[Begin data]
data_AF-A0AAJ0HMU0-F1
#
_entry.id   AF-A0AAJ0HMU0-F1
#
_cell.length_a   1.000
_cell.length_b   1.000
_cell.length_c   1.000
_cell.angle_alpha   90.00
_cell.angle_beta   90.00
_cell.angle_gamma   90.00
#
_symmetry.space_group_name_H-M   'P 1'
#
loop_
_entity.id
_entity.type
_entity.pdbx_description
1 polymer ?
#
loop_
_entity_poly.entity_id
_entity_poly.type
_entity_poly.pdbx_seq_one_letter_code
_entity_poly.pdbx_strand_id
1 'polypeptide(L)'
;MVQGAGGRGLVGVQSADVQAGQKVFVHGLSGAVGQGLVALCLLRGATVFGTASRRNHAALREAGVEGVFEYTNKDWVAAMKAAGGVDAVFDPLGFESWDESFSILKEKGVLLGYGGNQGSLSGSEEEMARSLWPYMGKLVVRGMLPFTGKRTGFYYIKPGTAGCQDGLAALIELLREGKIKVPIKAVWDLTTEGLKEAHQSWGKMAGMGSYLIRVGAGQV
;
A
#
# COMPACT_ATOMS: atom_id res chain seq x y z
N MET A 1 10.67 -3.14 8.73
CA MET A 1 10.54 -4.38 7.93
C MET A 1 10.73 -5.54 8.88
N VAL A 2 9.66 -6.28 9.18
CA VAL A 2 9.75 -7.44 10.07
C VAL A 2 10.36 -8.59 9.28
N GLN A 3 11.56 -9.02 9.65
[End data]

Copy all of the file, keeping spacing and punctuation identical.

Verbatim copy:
data_AF-A0AAJ0HMU0-F1
#
_entry.id   AF-A0AAJ0HMU0-F1
#
_cell.length_a   1.000
_cell.length_b   1.000
_cell.length_c   1.000
_cell.angle_alpha   90.00
_cell.angle_beta   90.00
_cell.angle_gamma   90.00
#
_symmetry.space_group_name_H-M   'P 1'
#
loop_
_entity.id
_entity.type
_entity.pdbx_description
1 polymer ?
#
loop_
_entity_poly.entity_id
_entity_poly.type
_entity_poly.pdbx_seq_one_letter_code
_entity_poly.pdbx_strand_id
1 'polypeptide(L)'
;MVQGAGGRGLVGVQSADVQAGQKVFVHGLSGAVGQGLVALCLLRGATVFGTASRRNHAALREAGVEGVFEYTNKDWVAAMKAAGGVDAVFDPLGFESWDESFSILKEKGVLLGYGGNQGSLSGSEEEMARSLWPYMGKLVVRGMLPFTGKRTGFYYIKPGTAGCQDGLAALIELLREGKIKVPIKAVWDLTTEGLKEAHQSWGKMAGMGSYLIRVGAGQV
;
A
#
# COMPACT_ATOMS: atom_id res chain seq x y z
N MET A 1 10.67 -3.14 8.73
CA MET A 1 10.54 -4.38 7.93
C MET A 1 10.73 -5.54 8.88
N VAL A 2 9.66 -6.28 9.18
CA VAL A 2 9.75 -7.44 10.07
C VAL A 2 10.36 -8.59 9.28
N GLN A 3 11.56 -9.02 9.65